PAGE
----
This week, we took a day off and visited Hadrian's villa ("Villa Adriana" in Italian).
The villa was created at Tibur (modern-day Tivoli) as a retreat from Rome for Roman Emperor Hadrian (or "Adrian")in the early 2nd century.
Hadrian was said to dislike the palace on the Palatine Hill in Rome, leading to the construction of the retreat. During the later years of his reign, he actually governed the empire from the villa. A large court lived there permanently.
The villa is a complex of over 30 buildings, covering an area of 1 square kilometre of which much is still unexcavated. The villa was the greatest Roman example of an Alexandrian garden, recreating a sacred landscape. The complex included palaces, several thermae, theatre, temples, libraries, state rooms and quarters for courtiers, praetorians and slaves.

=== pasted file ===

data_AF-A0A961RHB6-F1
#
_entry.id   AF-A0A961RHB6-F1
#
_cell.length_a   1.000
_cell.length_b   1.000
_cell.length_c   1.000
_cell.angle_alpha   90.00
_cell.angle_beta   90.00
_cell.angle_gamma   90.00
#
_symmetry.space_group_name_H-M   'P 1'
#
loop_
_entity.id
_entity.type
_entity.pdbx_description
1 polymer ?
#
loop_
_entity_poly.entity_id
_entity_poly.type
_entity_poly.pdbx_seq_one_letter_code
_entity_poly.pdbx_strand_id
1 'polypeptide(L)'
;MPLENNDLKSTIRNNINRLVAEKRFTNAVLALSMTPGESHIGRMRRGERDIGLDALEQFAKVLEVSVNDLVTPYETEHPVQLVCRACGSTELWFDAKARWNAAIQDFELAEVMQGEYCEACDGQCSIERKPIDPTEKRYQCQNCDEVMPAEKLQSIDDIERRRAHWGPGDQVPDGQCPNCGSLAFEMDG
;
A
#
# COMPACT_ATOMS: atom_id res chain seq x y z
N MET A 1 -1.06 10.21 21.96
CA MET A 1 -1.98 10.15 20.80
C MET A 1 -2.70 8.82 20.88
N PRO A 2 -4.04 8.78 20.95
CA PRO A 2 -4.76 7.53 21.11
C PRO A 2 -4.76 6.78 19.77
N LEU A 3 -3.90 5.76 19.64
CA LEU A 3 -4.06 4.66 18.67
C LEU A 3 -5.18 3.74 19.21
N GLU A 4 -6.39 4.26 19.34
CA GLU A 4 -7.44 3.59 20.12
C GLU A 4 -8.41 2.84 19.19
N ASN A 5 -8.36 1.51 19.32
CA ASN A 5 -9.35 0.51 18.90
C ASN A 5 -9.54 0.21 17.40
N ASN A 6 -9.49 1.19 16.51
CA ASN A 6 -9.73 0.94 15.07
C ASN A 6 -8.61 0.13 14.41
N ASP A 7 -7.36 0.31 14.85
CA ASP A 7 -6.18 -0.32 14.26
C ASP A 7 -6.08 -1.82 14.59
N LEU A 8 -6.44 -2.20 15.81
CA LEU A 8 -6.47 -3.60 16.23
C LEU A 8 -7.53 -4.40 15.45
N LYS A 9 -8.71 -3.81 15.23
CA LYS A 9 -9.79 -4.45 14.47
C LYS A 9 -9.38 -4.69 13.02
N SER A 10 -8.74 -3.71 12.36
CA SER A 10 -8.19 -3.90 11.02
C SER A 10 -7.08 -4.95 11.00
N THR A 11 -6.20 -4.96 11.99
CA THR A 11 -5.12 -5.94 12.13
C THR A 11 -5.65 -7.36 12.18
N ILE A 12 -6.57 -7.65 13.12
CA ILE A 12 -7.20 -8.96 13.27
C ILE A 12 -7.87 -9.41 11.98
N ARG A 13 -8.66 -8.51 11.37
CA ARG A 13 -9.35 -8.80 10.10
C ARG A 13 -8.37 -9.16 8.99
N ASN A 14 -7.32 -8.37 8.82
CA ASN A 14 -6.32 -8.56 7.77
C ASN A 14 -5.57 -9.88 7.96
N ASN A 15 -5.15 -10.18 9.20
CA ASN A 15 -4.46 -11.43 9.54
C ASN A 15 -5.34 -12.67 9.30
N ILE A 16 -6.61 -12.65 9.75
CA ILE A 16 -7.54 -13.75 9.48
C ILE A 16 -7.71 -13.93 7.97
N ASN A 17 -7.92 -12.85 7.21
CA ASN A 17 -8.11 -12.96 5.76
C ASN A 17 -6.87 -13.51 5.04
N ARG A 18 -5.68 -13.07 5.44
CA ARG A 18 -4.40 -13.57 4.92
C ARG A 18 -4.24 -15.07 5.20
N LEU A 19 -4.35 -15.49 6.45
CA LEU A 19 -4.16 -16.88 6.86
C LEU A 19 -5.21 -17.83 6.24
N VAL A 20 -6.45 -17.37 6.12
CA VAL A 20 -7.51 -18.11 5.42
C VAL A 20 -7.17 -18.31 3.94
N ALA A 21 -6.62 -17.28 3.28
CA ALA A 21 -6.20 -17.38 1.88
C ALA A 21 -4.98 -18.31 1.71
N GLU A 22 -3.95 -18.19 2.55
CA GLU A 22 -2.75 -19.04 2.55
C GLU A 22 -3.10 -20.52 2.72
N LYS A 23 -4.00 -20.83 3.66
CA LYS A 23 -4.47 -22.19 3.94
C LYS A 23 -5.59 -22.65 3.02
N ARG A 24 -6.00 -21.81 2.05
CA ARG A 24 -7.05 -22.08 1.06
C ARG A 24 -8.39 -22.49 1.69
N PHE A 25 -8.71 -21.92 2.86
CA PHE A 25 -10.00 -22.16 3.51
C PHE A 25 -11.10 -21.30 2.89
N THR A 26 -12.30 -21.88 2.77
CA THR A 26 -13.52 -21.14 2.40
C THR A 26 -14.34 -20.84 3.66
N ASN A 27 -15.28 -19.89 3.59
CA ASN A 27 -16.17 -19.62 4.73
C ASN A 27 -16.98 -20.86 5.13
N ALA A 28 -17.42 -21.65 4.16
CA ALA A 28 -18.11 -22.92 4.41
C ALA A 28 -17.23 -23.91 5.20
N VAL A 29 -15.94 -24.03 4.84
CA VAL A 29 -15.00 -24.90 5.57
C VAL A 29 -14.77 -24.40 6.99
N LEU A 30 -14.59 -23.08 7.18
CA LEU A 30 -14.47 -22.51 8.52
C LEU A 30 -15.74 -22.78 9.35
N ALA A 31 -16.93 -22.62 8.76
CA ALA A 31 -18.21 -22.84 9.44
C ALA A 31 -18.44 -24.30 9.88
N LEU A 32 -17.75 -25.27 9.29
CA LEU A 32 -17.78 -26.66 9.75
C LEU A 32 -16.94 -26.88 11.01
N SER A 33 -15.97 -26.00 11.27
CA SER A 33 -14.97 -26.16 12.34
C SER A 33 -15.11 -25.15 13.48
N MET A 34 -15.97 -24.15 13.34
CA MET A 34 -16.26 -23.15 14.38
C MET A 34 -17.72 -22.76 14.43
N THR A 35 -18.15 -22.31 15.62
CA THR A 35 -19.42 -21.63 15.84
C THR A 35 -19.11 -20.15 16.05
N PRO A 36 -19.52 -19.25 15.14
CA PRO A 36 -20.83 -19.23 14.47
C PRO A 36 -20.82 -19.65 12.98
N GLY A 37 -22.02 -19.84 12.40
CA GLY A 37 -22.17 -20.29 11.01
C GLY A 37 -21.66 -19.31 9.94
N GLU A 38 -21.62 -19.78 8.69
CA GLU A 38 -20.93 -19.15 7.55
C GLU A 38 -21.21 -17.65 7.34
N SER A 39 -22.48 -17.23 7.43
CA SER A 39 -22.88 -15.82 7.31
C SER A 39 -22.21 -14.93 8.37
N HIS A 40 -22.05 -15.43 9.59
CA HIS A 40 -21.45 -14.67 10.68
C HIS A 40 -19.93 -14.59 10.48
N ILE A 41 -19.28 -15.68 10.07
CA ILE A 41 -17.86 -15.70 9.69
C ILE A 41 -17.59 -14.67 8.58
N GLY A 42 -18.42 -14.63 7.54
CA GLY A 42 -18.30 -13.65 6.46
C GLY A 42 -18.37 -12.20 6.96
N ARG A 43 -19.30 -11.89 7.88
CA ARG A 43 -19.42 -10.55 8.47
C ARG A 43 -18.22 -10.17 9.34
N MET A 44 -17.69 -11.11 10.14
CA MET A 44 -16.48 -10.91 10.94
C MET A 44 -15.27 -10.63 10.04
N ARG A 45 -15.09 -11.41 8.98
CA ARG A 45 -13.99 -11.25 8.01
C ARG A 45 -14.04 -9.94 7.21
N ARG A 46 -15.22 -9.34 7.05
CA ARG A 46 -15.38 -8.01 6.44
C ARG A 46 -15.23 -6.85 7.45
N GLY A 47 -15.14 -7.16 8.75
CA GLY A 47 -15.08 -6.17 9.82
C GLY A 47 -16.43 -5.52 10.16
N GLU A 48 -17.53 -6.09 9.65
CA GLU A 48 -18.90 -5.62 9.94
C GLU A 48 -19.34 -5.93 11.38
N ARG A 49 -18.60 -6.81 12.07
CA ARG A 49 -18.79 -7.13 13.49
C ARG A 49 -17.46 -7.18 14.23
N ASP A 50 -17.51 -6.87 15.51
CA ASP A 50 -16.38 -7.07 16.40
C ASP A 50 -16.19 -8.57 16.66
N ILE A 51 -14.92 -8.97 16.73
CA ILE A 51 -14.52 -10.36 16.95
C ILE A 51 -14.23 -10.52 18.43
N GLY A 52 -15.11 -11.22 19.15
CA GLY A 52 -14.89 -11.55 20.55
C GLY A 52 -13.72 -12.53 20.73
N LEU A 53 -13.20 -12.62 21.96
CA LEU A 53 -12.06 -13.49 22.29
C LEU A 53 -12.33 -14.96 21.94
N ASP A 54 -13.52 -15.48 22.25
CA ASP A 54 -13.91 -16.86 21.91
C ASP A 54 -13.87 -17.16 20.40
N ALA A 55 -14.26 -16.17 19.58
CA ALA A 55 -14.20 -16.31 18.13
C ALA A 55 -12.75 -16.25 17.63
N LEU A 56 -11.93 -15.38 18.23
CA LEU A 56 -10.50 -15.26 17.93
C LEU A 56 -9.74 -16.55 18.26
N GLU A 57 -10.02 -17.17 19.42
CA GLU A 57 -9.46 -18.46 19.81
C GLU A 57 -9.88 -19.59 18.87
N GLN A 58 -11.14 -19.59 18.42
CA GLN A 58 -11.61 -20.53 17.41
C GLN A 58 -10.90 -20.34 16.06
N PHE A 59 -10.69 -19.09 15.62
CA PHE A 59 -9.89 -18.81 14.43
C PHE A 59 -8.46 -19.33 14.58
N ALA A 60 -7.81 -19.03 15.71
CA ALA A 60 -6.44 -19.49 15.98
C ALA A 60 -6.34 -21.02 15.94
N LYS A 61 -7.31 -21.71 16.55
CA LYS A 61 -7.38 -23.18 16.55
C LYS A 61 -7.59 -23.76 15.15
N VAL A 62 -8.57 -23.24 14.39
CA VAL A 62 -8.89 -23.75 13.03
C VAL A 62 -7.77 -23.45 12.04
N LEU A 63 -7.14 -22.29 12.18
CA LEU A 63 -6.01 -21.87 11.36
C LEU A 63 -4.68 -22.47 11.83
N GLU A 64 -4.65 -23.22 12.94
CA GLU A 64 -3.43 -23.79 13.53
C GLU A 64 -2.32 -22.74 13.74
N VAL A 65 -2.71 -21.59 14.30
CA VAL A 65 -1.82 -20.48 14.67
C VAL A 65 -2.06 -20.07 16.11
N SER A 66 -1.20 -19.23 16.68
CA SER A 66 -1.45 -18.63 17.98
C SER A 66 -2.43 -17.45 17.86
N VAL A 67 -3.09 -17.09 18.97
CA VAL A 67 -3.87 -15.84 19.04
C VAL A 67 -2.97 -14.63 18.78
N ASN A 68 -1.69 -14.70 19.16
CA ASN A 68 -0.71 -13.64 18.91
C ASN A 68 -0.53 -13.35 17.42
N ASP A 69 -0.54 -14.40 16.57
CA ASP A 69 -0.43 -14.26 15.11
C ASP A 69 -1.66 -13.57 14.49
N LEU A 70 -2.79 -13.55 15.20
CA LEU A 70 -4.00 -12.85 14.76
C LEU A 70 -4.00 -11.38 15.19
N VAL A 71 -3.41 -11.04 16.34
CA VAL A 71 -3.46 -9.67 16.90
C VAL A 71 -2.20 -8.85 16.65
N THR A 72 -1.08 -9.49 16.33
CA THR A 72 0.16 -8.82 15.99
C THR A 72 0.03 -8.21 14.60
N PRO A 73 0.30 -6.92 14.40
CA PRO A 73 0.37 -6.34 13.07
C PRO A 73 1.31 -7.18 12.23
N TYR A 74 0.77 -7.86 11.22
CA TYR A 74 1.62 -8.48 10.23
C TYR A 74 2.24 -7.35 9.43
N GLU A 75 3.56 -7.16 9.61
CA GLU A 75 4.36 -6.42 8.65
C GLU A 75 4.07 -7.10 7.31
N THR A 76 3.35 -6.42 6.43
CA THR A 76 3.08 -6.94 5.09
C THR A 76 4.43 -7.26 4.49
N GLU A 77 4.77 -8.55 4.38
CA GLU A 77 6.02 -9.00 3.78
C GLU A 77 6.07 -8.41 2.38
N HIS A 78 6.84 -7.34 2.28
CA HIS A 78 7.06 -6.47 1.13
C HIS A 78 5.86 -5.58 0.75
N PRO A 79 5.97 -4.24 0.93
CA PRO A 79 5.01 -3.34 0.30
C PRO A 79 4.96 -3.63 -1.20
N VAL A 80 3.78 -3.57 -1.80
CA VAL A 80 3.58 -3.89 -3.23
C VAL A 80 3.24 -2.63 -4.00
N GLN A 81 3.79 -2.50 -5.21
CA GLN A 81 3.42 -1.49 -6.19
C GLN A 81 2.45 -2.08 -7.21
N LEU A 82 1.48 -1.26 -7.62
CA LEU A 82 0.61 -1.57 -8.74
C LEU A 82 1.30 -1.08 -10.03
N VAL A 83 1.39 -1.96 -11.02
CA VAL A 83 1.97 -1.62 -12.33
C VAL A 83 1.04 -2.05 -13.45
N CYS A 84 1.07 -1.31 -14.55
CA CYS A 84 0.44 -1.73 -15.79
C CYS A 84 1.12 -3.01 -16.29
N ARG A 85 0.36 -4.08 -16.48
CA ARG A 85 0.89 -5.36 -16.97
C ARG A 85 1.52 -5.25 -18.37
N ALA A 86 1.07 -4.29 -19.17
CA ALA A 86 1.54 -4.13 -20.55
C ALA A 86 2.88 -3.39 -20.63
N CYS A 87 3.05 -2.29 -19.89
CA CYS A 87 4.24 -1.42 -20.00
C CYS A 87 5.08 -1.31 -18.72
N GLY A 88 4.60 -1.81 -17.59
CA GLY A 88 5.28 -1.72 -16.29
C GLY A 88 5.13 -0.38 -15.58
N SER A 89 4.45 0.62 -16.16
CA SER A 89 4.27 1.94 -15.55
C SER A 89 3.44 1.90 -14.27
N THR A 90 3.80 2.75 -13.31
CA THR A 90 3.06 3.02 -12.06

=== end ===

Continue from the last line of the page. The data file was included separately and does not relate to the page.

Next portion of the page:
More posts on The Road about Italy and living in Italy.
Most pictures were taken by my oldest daughter, Lana.